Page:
Though deeply sympathetic to his conclusion, I am puzzled by his argument. The evidence most supportive of Bloom’s contention that we do not have free will also is compelling evidence against the notion of conscious rational deliberation. In the 1980s the neurophysiologist Ben Libet of the University of California, San Francisco, showed that the brain generates action-specific electrical activity nearly half a second before the subject consciously “decides” to initiate the action. Though interpretations of the results are the subject of considerable controversy, a number of subsequent studies have confirmed that the conscious sense of willing an action is preceded by subliminal brain activity likely to indicate that the brain is preparing to initiate the action.
An everyday example of this temporal illusion is seen in high-speed sports such as baseball and tennis. Though batters sense that they withhold deciding whether to swing until they see the ball near the plate, their swing actually begins shortly after the ball leaves the pitcher’s hand. The same applies to tennis players returning a serve coming at them at 140 miles an hour. Initiation of the action precedes full conscious perception of seeing the approaching ball.
It is unlikely that there is any fundamental difference in how the brain initiates thought and action. We learn the process of thinking incrementally, acquiring knowledge of language, logic, the external world and cultural norms and expectations just as we learn physical actions like talking, walking or playing the piano. If we conceptualize thought as a mental motor skill subject to the same temporal reorganization as high-speed sports, it’s hard to avoid the conclusion that the experience of free will (agency) and conscious rational deliberation are both biologically generated illusions.
What then are we to do with the concept of rationality? It would be a shame to get rid of a term useful in characterizing the clarity of a line of reasoning. Everyone understands that “being rational” implies trying to strip away biases and innate subjectivity in order to make the best possible decision. But what if the word rational leads us to scientifically unsound conclusions?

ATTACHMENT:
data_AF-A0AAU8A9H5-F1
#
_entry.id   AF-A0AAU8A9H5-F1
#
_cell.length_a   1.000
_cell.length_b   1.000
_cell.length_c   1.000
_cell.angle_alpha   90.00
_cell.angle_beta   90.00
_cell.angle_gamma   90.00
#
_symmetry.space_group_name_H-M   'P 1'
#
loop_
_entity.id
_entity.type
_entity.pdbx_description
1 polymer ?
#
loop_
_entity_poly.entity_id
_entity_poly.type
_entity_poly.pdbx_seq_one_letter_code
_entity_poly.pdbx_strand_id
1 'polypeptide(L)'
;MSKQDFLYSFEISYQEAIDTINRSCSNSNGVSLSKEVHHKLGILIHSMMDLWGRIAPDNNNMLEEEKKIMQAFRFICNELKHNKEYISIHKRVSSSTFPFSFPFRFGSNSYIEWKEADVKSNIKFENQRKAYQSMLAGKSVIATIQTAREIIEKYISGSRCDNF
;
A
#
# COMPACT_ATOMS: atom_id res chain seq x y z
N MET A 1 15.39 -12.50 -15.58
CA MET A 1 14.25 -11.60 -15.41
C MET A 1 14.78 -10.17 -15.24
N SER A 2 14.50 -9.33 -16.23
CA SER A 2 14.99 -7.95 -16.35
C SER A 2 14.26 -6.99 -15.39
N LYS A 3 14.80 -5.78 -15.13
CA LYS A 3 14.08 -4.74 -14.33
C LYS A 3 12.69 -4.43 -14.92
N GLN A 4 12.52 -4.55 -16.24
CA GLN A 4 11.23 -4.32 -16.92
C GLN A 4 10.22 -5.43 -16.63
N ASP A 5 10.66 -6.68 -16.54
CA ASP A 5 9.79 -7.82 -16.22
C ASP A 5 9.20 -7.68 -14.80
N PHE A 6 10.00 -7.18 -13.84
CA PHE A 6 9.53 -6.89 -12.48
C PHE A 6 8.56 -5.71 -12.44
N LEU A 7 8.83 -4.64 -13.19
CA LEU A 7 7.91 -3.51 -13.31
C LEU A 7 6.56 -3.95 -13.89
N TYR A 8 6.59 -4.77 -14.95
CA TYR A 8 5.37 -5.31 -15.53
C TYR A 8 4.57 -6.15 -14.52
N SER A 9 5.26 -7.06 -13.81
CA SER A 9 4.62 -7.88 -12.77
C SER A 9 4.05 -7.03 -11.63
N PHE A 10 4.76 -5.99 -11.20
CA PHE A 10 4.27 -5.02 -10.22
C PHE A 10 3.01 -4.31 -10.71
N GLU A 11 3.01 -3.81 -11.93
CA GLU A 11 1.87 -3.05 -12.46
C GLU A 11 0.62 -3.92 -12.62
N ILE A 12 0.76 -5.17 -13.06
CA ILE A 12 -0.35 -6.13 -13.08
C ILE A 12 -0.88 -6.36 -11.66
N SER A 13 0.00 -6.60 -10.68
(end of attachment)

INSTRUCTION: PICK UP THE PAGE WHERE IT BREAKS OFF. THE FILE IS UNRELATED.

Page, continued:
We describe the decision to jam on the brakes at the sight of a child running into the road as being rational, even when we understand that it is reflexive. However, few of us would say that a self-driving car performing the same maneuver was acting rationally. It’s pretty obvious that the difference in how we assign rationality isn’t dependent upon how decisions are made, but how we wish to see ourselves in relationship to the rest of the animal kingdom, and indeed even to plants and intelligent machines.
It is hard to imagine what would happen to modern thought if we abandoned the notion of rationality. Scientific method might partly fill the void. With quantum physics, scientists have been able to validate counterintuitive theories. But empirical methods can’t help us with abstract, non-measurable, linguistically ambiguous concepts such as purpose and meaning. It’s no wonder that pre-eminent scientists like Stephen Hawking have gleefully declared, “Philosophy is dead.”
Going forward, the greatest challenge for philosophy will be to remain relevant while conceding that, like the rest of the animal kingdom, we are decision-making organisms rather than rational agents, and that our most logical conclusions about moral and ethical values can’t be scientifically verified nor guaranteed to pass the test of time. (The history of science should serve as a cautionary tale for anyone tempted to believe in the persistent truth of untestable ideas).
Even so, I would hate to discard such truisms such as “know thyself” or “the unexamined life isn’t worth living.” Reason allows us new ways of seeing, just as close listening to a piece of music can reveal previously unheard melodies and rhythms or observing an ant hill can give us an unexpected appreciation of nature’s harmonies. These various forms of inquiry aren’t dependent upon logic and verification; they are modes of perception.
Robert R. Burton dirigió el Departamento de Neurología en la Universidad de California, San Francisco, y es el autor de On Being Certain: Believing You Are Right Even When You’re Not y A Skeptic’s Guide to the Mind: What Neuroscience Can and Cannot Tell Us About Ourselves.